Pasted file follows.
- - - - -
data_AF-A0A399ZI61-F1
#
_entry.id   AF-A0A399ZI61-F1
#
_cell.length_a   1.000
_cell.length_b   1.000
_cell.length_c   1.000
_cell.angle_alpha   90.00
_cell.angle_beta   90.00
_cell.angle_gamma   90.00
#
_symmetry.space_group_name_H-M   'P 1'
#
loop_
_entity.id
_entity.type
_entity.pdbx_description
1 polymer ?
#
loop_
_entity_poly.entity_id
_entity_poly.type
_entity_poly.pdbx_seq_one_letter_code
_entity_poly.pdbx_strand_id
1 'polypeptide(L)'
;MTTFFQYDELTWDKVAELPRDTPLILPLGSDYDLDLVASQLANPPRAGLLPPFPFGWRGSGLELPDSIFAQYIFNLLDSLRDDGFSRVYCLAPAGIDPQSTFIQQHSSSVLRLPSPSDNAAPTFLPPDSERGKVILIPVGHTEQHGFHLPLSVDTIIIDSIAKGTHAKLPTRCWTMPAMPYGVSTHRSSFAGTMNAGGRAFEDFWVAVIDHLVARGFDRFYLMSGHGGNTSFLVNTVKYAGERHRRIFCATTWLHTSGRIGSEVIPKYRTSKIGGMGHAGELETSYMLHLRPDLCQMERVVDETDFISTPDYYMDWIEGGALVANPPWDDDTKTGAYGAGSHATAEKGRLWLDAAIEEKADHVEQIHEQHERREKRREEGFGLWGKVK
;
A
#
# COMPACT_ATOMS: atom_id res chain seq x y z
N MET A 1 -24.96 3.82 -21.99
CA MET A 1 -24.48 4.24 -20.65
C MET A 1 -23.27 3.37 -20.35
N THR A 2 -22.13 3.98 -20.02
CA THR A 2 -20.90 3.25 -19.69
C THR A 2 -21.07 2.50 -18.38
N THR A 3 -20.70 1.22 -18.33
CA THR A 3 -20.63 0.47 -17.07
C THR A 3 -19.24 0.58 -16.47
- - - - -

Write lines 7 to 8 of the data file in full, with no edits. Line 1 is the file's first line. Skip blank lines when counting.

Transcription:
_cell.length_c   1.000
_cell.angle_alpha   90.00